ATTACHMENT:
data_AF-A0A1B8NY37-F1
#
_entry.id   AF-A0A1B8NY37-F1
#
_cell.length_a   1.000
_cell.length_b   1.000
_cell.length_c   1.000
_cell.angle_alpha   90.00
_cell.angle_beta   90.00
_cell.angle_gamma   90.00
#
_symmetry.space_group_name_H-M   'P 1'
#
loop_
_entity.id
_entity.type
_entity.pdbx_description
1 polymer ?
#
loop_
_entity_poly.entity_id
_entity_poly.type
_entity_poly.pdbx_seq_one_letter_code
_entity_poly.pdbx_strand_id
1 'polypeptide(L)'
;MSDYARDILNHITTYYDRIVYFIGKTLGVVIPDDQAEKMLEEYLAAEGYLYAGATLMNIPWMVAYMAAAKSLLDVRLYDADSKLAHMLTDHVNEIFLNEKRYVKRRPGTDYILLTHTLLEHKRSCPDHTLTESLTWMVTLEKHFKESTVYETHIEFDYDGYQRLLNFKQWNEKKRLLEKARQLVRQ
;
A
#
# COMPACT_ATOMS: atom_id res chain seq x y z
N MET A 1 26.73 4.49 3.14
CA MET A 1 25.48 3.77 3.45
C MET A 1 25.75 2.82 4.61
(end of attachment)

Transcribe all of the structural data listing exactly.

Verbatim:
data_AF-A0A1B8NY37-F1
#
_entry.id   AF-A0A1B8NY37-F1
#
_cell.length_a   1.000
_cell.length_b   1.000
_cell.length_c   1.000
_cell.angle_alpha   90.00
_cell.angle_beta   90.00
_cell.angle_gamma   90.00
#
_symmetry.space_group_name_H-M   'P 1'
#
loop_
_entity.id
_entity.type
_entity.pdbx_description
1 polymer ?
#
loop_
_entity_poly.entity_id
_entity_poly.type
_entity_poly.pdbx_seq_one_letter_code
_entity_poly.pdbx_strand_id
1 'polypeptide(L)'
;MSDYARDILNHITTYYDRIVYFIGKTLGVVIPDDQAEKMLEEYLAAEGYLYAGATLMNIPWMVAYMAAAKSLLDVRLYDADSKLAHMLTDHVNEIFLNEKRYVKRRPGTDYILLTHTLLEHKRSCPDHTLTESLTWMVTLEKHFKESTVYETHIEFDYDGYQRLLNFKQWNEKKRLLEKARQLVRQ
;
A
#
# COMPACT_ATOMS: atom_id res chain seq x y z
N MET A 1 26.73 4.49 3.14
CA MET A 1 25.48 3.77 3.45
C MET A 1 25.75 2.82 4.61